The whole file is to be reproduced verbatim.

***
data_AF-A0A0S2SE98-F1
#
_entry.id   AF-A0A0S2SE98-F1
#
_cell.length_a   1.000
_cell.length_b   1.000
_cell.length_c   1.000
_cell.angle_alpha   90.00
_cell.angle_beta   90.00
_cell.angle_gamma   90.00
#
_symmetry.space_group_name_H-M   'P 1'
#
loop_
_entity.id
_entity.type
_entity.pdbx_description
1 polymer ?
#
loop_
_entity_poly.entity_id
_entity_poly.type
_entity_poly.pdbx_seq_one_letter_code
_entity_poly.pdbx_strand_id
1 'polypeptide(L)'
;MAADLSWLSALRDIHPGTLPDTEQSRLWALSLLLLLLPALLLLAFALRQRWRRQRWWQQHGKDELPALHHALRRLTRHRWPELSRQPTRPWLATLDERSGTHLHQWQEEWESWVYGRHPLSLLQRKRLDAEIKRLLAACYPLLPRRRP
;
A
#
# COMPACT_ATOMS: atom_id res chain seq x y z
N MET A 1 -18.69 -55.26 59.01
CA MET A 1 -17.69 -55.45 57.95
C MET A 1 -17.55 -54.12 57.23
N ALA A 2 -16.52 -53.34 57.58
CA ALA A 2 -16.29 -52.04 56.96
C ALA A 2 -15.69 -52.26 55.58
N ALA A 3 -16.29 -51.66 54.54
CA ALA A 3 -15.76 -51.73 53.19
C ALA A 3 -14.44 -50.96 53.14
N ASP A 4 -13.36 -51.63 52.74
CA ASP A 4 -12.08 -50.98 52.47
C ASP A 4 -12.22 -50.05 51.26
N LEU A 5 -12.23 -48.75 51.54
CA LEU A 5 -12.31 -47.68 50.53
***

data_AF-A0A0S2SE98-F1
#
_entry.id   AF-A0A0S2SE98-F1
#
_cell.length_a   1.000
_cell.length_b   1.000
_cell.length_c   1.000
_cell.angle_alpha   90.00
_cell.angle_beta   90.00
_cell.angle_gamma   90.00
#
_symmetry.space_group_name_H-M   'P 1'
#
loop_
_entity.id
_entity.type
_entity.pdbx_description
1 polymer ?
#
loop_
_entity_poly.entity_id
_entity_poly.type
_entity_poly.pdbx_seq_one_letter_code
_entity_poly.pdbx_strand_id
1 'polypeptide(L)'
;MAADLSWLSALRDIHPGTLPDTEQSRLWALSLLLLLLPALLLLAFALRQRWRRQRWWQQHGKDELPALHHALRRLTRHRWPELSRQPTRPWLATLDERSGTHLHQWQEEWESWVYGRHPLSLLQRKRLDAEIKRLLAACYPLLPRRRP
;
A
#
# COMPACT_ATOMS: atom_id res chain seq x y z
N MET A 1 -18.69 -55.26 59.01
CA MET A 1 -17.69 -55.45 57.95
C MET A 1 -17.55 -54.12 57.23
N ALA A 2 -16.52 -53.34 57.58
CA ALA A 2 -16.29 -52.04 56.96
C ALA A 2 -15.69 -52.26 55.58
N ALA A 3 -16.29 -51.66 54.54
CA ALA A 3 -15.76 -51.73 53.19
C ALA A 3 -14.44 -50.96 53.14
N ASP A 4 -13.36 -51.63 52.74
CA ASP A 4 -12.08 -50.98 52.47
C ASP A 4 -12.22 -50.05 51.26
N LEU A 5 -12.23 -48.75 51.54
CA LEU A 5 -12.31 -47.68 50.53